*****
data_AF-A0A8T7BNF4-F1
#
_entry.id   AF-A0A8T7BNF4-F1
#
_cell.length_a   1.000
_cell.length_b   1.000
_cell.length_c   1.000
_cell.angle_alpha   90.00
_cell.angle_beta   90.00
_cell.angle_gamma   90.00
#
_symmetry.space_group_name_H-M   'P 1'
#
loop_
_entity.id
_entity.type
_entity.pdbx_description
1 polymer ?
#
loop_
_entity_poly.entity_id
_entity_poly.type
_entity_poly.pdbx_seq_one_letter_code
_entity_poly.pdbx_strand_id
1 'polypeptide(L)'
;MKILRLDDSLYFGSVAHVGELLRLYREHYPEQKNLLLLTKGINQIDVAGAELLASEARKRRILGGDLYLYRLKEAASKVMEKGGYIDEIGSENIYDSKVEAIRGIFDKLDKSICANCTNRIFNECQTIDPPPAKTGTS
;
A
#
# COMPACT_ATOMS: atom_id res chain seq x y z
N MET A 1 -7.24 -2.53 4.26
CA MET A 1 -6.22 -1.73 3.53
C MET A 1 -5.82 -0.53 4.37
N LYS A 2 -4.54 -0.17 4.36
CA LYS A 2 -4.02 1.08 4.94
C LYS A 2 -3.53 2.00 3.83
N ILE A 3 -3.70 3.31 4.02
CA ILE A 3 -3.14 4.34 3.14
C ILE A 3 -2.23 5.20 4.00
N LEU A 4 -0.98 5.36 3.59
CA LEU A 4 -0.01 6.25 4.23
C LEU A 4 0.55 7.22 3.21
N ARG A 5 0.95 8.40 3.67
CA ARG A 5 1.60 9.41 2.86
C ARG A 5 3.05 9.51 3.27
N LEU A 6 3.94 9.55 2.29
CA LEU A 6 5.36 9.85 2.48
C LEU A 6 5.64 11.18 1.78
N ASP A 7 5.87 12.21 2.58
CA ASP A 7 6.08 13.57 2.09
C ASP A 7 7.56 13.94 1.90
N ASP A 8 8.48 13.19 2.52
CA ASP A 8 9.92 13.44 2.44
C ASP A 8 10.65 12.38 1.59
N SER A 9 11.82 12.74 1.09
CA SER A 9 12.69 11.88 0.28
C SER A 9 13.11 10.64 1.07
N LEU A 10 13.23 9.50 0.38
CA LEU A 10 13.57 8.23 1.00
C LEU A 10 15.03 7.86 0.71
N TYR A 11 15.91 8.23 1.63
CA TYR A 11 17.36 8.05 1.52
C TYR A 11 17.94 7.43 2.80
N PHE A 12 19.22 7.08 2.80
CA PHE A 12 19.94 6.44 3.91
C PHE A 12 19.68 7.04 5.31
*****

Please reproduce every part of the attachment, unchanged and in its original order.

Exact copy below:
data_AF-A0A8T7BNF4-F1
#
_entry.id   AF-A0A8T7BNF4-F1
#
_cell.length_a   1.000
_cell.length_b   1.000
_cell.length_c   1.000
_cell.angle_alpha   90.00
_cell.angle_beta   90.00
_cell.angle_gamma   90.00
#
_symmetry.space_group_name_H-M   'P 1'
#
loop_
_entity.id
_entity.type
_entity.pdbx_description
1 polymer ?
#
loop_
_entity_poly.entity_id
_entity_poly.type
_entity_poly.pdbx_seq_one_letter_code
_entity_poly.pdbx_strand_id
1 'polypeptide(L)'
;MKILRLDDSLYFGSVAHVGELLRLYREHYPEQKNLLLLTKGINQIDVAGAELLASEARKRRILGGDLYLYRLKEAASKVMEKGGYIDEIGSENIYDSKVEAIRGIFDKLDKSICANCTNRIFNECQTIDPPPAKTGTS
;
A
#
# COMPACT_ATOMS: atom_id res chain seq x y z
N MET A 1 -7.24 -2.53 4.26
CA MET A 1 -6.22 -1.73 3.53
C MET A 1 -5.82 -0.53 4.37
N LYS A 2 -4.54 -0.17 4.36
CA LYS A 2 -4.02 1.08 4.94
C LYS A 2 -3.53 2.00 3.83
N ILE A 3 -3.70 3.31 4.02
CA ILE A 3 -3.14 4.34 3.14
C ILE A 3 -2.23 5.20 4.00
N LEU A 4 -0.98 5.36 3.59
CA LEU A 4 -0.01 6.25 4.23
C LEU A 4 0.55 7.22 3.21
N ARG A 5 0.95 8.40 3.67
CA ARG A 5 1.60 9.41 2.86
C ARG A 5 3.05 9.51 3.27
N LEU A 6 3.94 9.55 2.29
CA LEU A 6 5.36 9.85 2.48
C LEU A 6 5.64 11.18 1.78
N ASP A 7 5.87 12.21 2.58
CA ASP A 7 6.08 13.57 2.09
C ASP A 7 7.56 13.94 1.90
N ASP A 8 8.48 13.19 2.52
CA ASP A 8 9.92 13.44 2.44
C ASP A 8 10.65 12.38 1.59
N SER A 9 11.82 12.74 1.09
CA SER A 9 12.69 11.88 0.28
C SER A 9 13.11 10.64 1.07
N LEU A 10 13.23 9.50 0.38
CA LEU A 10 13.57 8.23 1.00
C LEU A 10 15.03 7.86 0.71
N TYR A 11 15.91 8.23 1.63
CA TYR A 11 17.36 8.05 1.52
C TYR A 11 17.94 7.43 2.80
N PHE A 12 19.22 7.08 2.80
CA PHE A 12 19.94 6.44 3.91
C PHE A 12 19.68 7.04 5.31